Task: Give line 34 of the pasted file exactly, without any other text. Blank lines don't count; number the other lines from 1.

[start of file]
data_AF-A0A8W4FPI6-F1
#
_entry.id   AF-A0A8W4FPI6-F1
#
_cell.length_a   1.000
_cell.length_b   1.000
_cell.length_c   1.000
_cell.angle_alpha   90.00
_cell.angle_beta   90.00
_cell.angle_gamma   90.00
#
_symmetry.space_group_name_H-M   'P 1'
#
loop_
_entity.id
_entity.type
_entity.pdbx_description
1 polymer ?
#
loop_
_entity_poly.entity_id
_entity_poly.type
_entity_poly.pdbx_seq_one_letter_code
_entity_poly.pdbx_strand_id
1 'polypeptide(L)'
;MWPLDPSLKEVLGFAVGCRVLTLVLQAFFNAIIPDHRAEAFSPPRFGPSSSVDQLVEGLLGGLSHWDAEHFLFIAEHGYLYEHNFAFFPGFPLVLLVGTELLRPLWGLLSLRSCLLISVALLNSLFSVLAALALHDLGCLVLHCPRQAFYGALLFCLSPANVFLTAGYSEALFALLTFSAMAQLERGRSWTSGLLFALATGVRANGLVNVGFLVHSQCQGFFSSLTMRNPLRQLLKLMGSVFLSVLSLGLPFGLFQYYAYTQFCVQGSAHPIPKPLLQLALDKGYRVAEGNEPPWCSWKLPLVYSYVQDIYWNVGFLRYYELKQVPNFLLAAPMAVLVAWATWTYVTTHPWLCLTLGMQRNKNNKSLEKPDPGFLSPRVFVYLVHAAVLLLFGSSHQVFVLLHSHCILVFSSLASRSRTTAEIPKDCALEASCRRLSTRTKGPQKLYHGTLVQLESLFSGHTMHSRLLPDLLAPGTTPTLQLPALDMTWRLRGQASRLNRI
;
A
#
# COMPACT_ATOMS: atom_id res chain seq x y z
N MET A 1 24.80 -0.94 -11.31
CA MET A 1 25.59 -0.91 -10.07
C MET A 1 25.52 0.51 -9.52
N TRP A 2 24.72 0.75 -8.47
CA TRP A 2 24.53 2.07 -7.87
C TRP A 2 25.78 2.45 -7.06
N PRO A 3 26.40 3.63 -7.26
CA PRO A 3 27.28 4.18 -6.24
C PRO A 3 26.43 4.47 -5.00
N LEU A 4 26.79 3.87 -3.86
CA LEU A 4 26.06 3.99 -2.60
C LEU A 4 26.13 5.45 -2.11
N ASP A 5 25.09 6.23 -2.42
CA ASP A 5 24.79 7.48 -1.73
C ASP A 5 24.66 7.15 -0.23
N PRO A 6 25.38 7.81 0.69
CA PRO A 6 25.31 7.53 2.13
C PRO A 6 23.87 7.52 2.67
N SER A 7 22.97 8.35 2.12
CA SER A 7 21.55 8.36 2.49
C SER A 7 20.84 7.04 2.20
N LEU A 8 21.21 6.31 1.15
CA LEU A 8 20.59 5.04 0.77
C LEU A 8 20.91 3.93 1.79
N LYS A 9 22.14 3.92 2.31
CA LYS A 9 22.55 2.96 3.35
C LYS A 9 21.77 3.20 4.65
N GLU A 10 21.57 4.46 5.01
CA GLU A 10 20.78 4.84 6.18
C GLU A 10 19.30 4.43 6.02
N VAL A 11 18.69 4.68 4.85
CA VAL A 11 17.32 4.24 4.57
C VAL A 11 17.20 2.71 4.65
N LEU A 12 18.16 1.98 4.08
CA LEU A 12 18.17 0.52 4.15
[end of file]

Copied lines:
N TRP A 2 24.72 0.75 -8.47